Forel, A., 1893:
[[ worker ]] [[ soldier ]] [[ queen ]]. (No. 35 a a 35 h).
[[ soldier ]]. Differe de la P. flavens v. vincentensis par sa tete entierement sculptee, jusqu'au bord posterieur; les angles occipitaux sont densement reticules-ponctues et mats. Le thorax est aussi plus mat et reticule-ponctue entre les rides. L'occiput n'est lisse et luisant qu'autour du bord articulaire. La couleur est aussi d'un jaune roussatre plus clair. Du reste identique a la variete prece- dente. Cette race ressemble beaucoup a la P. lignicola, Mayr, mais les scapes sont beaucoup plus courts et n'atteignent que la moitie de la distance de l'articulation de l'antennae a l'angle occipital (les 2 / 3 chez la lignicola ); les pattes sont aussi plus courtes et les scapes moins renfles.
[[ worker ]]. Identique a celle de la variete precedente.
[[ queen ]]. Tete striee-ridee et mate jusqu'a l'articulation occipitale (lisse et luisante autour de l'articulation occipitale, entre elle et le bord posterieur, chez la P. flavens v. vincentensis ),
(35). Not common. Small communities found in forest or open land, under sticks or stones, loamy soil; occasionally in rotten wood. The workers major and females are very sluggish; workers minor less so, but not active. The workers major are not numerous. The formicarium appears to consist of a single small chamber, with passage for exit.
(35 a). Near Fort Charlotte, Kingstown; in scrubby growth, 500 ft. above sea. Oct. 24 th. Under a stone. Colony of perhaps 200.
(35 b). Bowwood Valley, near Kingstown, 800 ft. Oct. 20 th. Open hill-side, under a stone. A single female.
(35 c). Southern end of the island; Villa Estate. Oct. 14 th. Nest under rotten wood, near the seashore.
(35 d). Wallibou (leeward), seashore thickets. Oct. 10 th. Small colony under a stone.
(35 e). Forest above Chateaubelais, 1000 ft. Oct. 11 th. Small nest under a stick. (Workers only referred to this species).
(35 f). Petit Bordelle Valley, 1200 ft. Nov. 13 th. Shady banks of stream; under sod on a rock. Small colony.
(35 g). Petit Bordelle Valley, 1600 ft. Nov. 13 th. Clearing in rotten wood.
(35 h). Windward side; sandy, open valley of the Dry River, near the sea. Jan. 2 nd. A single female, found under a stone.
Wilson, E. O.:
Pheidole flavens r. sculptior Forel 1893j: 414.
Etymology L sculptior , more engraved, presumably with reference to the more extensive sculpturing of the major head.
diagnosis A member of the " flavens complex" within the larger flavens group, comprising asperithorax , breviscapa , cardiella , chloe , exigua , flavens , goeldii , moerens , mittermeieri , nuculiceps , pholeops , sculptior , striaticeps , and trinitatis , differing in the following combination of traits.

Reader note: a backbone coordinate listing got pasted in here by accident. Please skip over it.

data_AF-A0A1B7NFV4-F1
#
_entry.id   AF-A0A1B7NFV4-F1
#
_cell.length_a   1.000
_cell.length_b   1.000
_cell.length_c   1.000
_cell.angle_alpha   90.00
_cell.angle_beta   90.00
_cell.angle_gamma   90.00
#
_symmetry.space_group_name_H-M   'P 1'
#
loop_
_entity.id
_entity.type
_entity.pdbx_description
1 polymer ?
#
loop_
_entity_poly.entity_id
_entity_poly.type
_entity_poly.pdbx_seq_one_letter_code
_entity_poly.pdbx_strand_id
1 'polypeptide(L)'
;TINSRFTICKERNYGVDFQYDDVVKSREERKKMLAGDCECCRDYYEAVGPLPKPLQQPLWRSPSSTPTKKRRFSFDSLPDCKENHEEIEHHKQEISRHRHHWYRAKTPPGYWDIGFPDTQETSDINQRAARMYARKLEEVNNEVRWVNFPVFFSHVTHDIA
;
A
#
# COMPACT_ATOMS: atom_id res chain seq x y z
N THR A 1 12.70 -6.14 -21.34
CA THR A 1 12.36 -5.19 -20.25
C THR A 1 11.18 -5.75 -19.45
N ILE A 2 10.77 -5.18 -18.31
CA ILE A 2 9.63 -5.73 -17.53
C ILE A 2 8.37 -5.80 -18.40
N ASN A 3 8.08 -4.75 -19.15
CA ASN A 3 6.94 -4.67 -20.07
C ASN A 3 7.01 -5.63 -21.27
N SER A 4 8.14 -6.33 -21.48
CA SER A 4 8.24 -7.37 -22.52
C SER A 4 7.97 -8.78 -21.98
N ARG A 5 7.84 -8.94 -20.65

Major: carinulae originating on frontal lobes and mesad to frontal carinae travel all the way to the occipital border, turning slightly away from the midline as they progress; shallow antennal scrobes present, their surfaces foveolate and opaque and bearing carinulae inside their anterior half; in dorsal-oblique view, promesonotal dorsal profile is weakly bilobous and descends posteriorly through a gentle gradient to the metanotal groove; pronotal dorsum foveolate and opaque, entirely lacking in carinulae; postpetiolar node trapezoidal viewed from above.
Minor: close to flavens , with carinulae restricted to anterior half of head, and all of head, mesosoma, and side of waist foveolate and opaque.
Measurements (mm) Lectotype major: HW 0.78, HL 0.78, SL 0.42, EL 0.10, PW 0.34. Paralectotype minor: HW 0.38, HL 0.42, SL 0.36, EL 0.06, PW 0.24.
Color Major: mandibles and most of body light brownish yellow; gaster, antennae, and legs medium yellow. Minor: concolorous yellow.
Range Recorded by Kempf (1972b) from Puerto Rico, Martinique, St. Vincent, Trinidad, and Venezuela. I have confirmed series from Puerto Rico, St. Vincent, Trinidad, and Suriname.
biology On St. Vincent in the early 1890s, the avid collector H. H. Smith (in Forel 1893j) found sculptior to be relatively scarce but very adaptable in habitat. Ranging from sea level to 500 m, it occurred in forests, seashore thickets, and open land. Nests were in loamy soil under pieces of dead wood or stones; one was found in a piece of rotten wood. The colonies were small, in one instance noted by Smith comprising about 200 workers. On Grenada in 1995, Stefan Cover and I found a colony under a rock in a banana plantation at 300 m. On Trinidad, Cover found two other colonies under the bark of rotting logs. A male was present with one of the latter on 19 May, and a winged queen with a Puerto Rico colony collected by J. A. Torres on 26 November.
Figure Upper: lectotype, major. Lower: paralectotype, minor. ST. VINCENT, WEST INDIES (H. H. Smith). Scale bars = 1 mm.